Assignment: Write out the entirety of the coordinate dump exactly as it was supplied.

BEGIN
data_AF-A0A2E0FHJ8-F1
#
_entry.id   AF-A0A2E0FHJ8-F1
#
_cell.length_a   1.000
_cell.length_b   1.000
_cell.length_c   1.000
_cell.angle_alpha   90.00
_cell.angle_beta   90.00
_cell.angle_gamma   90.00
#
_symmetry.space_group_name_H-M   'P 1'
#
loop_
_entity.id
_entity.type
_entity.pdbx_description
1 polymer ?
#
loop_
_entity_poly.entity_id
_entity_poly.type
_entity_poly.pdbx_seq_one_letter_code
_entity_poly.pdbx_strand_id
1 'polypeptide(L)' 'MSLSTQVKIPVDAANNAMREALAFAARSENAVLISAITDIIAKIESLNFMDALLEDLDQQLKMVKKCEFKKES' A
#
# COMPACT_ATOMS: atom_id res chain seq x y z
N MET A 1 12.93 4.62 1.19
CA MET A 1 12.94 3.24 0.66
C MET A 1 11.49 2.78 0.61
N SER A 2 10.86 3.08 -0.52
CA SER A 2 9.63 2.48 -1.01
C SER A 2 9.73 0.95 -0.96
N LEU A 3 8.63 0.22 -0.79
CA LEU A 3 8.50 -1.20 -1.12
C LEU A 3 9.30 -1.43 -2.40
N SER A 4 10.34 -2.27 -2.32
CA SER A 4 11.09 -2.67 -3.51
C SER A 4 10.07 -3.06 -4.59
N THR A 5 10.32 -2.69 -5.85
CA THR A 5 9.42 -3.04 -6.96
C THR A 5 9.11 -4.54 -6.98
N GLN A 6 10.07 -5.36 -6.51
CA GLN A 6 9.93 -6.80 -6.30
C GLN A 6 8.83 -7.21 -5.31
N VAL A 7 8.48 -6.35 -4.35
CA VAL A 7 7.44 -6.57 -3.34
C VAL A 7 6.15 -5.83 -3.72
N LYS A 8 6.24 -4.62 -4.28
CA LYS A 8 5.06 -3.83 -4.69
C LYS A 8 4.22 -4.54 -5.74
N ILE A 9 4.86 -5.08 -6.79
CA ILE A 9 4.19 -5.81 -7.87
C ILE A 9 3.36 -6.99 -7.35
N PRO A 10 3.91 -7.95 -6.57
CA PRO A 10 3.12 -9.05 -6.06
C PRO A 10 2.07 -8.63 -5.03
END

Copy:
data_AF-A0A2E0FHJ8-F1
#
_entry.id   AF-A0A2E0FHJ8-F1
#
_cell.length_a   1.000
_cell.length_b   1.000
_cell.length_c   1.000
_cell.angle_alpha   90.00
_cell.angle_beta   90.00
_cell.angle_gamma   90.00
#
_symmetry.space_group_name_H-M   'P 1'
#
loop_
_entity.id
_entity.type
_entity.pdbx_description
1 polymer ?
#
loop_
_entity_poly.entity_id
_entity_poly.type
_entity_poly.pdbx_seq_one_letter_code
_entity_poly.pdbx_strand_id
1 'polypeptide(L)' 'MSLSTQVKIPVDAANNAMREALAFAARSENAVLISAITDIIAKIESLNFMDALLEDLDQQLKMVKKCEFKKES' A
#
# COMPACT_ATOMS: atom_id res chain seq x y z
N MET A 1 12.93 4.62 1.19
CA MET A 1 12.94 3.24 0.66
C MET A 1 11.49 2.78 0.61
N SER A 2 10.86 3.08 -0.52
CA SER A 2 9.63 2.48 -1.01
C SER A 2 9.73 0.95 -0.96
N LEU A 3 8.63 0.22 -0.79
CA LEU A 3 8.50 -1.20 -1.12
C LEU A 3 9.30 -1.43 -2.40
N SER A 4 10.34 -2.27 -2.32
CA SER A 4 11.09 -2.67 -3.51
C SER A 4 10.07 -3.06 -4.59
N THR A 5 10.32 -2.69 -5.85
CA THR A 5 9.42 -3.04 -6.96
C THR A 5 9.11 -4.54 -6.98
N GLN A 6 10.07 -5.36 -6.51
CA GLN A 6 9.93 -6.80 -6.30
C GLN A 6 8.83 -7.21 -5.31
N VAL A 7 8.48 -6.35 -4.35
CA VAL A 7 7.44 -6.57 -3.34
C VAL A 7 6.15 -5.83 -3.72
N LYS A 8 6.24 -4.62 -4.28
CA LYS A 8 5.06 -3.83 -4.69
C LYS A 8 4.22 -4.54 -5.74
N ILE A 9 4.86 -5.08 -6.79
CA ILE A 9 4.19 -5.81 -7.87
C ILE A 9 3.36 -6.99 -7.35
N PRO A 10 3.91 -7.95 -6.57
CA PRO A 10 3.12 -9.05 -6.06
C PRO A 10 2.07 -8.63 -5.03